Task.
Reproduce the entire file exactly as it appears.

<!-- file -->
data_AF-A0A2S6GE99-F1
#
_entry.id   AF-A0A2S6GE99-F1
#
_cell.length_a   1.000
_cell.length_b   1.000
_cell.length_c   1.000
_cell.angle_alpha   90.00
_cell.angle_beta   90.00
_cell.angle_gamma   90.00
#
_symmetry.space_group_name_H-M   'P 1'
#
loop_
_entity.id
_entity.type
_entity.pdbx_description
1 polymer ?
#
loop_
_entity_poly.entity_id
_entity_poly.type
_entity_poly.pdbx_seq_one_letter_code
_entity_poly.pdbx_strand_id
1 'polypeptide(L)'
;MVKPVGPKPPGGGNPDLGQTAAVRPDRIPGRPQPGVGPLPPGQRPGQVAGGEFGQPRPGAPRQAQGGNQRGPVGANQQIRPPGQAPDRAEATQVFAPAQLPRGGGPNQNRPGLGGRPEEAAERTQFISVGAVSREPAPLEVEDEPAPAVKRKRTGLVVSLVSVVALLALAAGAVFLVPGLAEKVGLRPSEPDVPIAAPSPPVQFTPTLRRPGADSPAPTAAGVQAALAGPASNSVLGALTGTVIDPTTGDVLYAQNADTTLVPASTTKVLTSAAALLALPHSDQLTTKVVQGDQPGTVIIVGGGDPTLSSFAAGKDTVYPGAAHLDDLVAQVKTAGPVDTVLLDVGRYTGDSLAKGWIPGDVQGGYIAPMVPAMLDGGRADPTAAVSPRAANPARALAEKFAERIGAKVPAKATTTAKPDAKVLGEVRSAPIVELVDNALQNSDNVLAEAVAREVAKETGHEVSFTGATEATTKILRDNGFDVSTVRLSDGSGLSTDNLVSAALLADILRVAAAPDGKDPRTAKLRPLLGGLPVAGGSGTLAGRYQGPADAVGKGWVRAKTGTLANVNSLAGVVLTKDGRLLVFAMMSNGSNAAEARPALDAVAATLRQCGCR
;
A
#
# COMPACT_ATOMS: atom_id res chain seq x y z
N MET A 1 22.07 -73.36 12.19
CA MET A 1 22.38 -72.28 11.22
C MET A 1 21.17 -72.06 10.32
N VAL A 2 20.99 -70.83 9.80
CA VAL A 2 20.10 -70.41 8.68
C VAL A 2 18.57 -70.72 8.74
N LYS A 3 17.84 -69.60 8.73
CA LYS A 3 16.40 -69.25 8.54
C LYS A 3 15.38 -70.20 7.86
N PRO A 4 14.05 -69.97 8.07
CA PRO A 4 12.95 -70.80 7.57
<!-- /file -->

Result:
data_AF-A0A2S6GE99-F1
#
_entry.id   AF-A0A2S6GE99-F1
#
_cell.length_a   1.000
_cell.length_b   1.000
_cell.length_c   1.000
_cell.angle_alpha   90.00
_cell.angle_beta   90.00
_cell.angle_gamma   90.00
#
_symmetry.space_group_name_H-M   'P 1'
#
loop_
_entity.id
_entity.type
_entity.pdbx_description
1 polymer ?
#
loop_
_entity_poly.entity_id
_entity_poly.type
_entity_poly.pdbx_seq_one_letter_code
_entity_poly.pdbx_strand_id
1 'polypeptide(L)'
;MVKPVGPKPPGGGNPDLGQTAAVRPDRIPGRPQPGVGPLPPGQRPGQVAGGEFGQPRPGAPRQAQGGNQRGPVGANQQIRPPGQAPDRAEATQVFAPAQLPRGGGPNQNRPGLGGRPEEAAERTQFISVGAVSREPAPLEVEDEPAPAVKRKRTGLVVSLVSVVALLALAAGAVFLVPGLAEKVGLRPSEPDVPIAAPSPPVQFTPTLRRPGADSPAPTAAGVQAALAGPASNSVLGALTGTVIDPTTGDVLYAQNADTTLVPASTTKVLTSAAALLALPHSDQLTTKVVQGDQPGTVIIVGGGDPTLSSFAAGKDTVYPGAAHLDDLVAQVKTAGPVDTVLLDVGRYTGDSLAKGWIPGDVQGGYIAPMVPAMLDGGRADPTAAVSPRAANPARALAEKFAERIGAKVPAKATTTAKPDAKVLGEVRSAPIVELVDNALQNSDNVLAEAVAREVAKETGHEVSFTGATEATTKILRDNGFDVSTVRLSDGSGLSTDNLVSAALLADILRVAAAPDGKDPRTAKLRPLLGGLPVAGGSGTLAGRYQGPADAVGKGWVRAKTGTLANVNSLAGVVLTKDGRLLVFAMMSNGSNAAEARPALDAVAATLRQCGCR
;
A
#
# COMPACT_ATOMS: atom_id res chain seq x y z
N MET A 1 22.07 -73.36 12.19
CA MET A 1 22.38 -72.28 11.22
C MET A 1 21.17 -72.06 10.32
N VAL A 2 20.99 -70.83 9.80
CA VAL A 2 20.10 -70.41 8.68
C VAL A 2 18.57 -70.72 8.74
N LYS A 3 17.84 -69.60 8.73
CA LYS A 3 16.40 -69.25 8.54
C LYS A 3 15.38 -70.20 7.86
N PRO A 4 14.05 -69.97 8.07
CA PRO A 4 12.95 -70.80 7.57